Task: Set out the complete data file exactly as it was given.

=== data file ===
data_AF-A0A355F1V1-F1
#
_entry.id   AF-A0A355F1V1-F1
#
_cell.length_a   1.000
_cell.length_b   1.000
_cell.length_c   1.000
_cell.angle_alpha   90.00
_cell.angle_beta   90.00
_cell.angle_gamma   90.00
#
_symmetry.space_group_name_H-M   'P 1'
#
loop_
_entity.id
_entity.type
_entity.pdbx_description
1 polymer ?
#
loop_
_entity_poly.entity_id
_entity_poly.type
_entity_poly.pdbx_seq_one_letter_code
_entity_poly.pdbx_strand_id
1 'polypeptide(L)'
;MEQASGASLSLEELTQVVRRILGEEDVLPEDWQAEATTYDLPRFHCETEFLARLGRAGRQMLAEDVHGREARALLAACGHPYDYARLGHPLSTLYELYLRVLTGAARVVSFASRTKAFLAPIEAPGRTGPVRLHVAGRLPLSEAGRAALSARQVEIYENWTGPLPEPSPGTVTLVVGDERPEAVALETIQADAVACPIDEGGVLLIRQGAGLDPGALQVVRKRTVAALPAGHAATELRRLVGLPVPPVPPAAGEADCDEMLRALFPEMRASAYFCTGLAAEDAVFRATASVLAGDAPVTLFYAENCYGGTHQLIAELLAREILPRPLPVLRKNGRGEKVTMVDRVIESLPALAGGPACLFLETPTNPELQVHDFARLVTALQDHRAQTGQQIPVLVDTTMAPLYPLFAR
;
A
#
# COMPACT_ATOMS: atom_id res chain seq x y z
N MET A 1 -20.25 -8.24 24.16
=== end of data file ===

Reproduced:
data_AF-A0A355F1V1-F1
#
_entry.id   AF-A0A355F1V1-F1
#
_cell.length_a   1.000
_cell.length_b   1.000
_cell.length_c   1.000
_cell.angle_alpha   90.00
_cell.angle_beta   90.00
_cell.angle_gamma   90.00
#
_symmetry.space_group_name_H-M   'P 1'
#
loop_
_entity.id
_entity.type
_entity.pdbx_description
1 polymer ?
#
loop_
_entity_poly.entity_id
_entity_poly.type
_entity_poly.pdbx_seq_one_letter_code
_entity_poly.pdbx_strand_id
1 'polypeptide(L)'
;MEQASGASLSLEELTQVVRRILGEEDVLPEDWQAEATTYDLPRFHCETEFLARLGRAGRQMLAEDVHGREARALLAACGHPYDYARLGHPLSTLYELYLRVLTGAARVVSFASRTKAFLAPIEAPGRTGPVRLHVAGRLPLSEAGRAALSARQVEIYENWTGPLPEPSPGTVTLVVGDERPEAVALETIQADAVACPIDEGGVLLIRQGAGLDPGALQVVRKRTVAALPAGHAATELRRLVGLPVPPVPPAAGEADCDEMLRALFPEMRASAYFCTGLAAEDAVFRATASVLAGDAPVTLFYAENCYGGTHQLIAELLAREILPRPLPVLRKNGRGEKVTMVDRVIESLPALAGGPACLFLETPTNPELQVHDFARLVTALQDHRAQTGQQIPVLVDTTMAPLYPLFAR
;
A
#
# COMPACT_ATOMS: atom_id res chain seq x y z
N MET A 1 -20.25 -8.24 24.16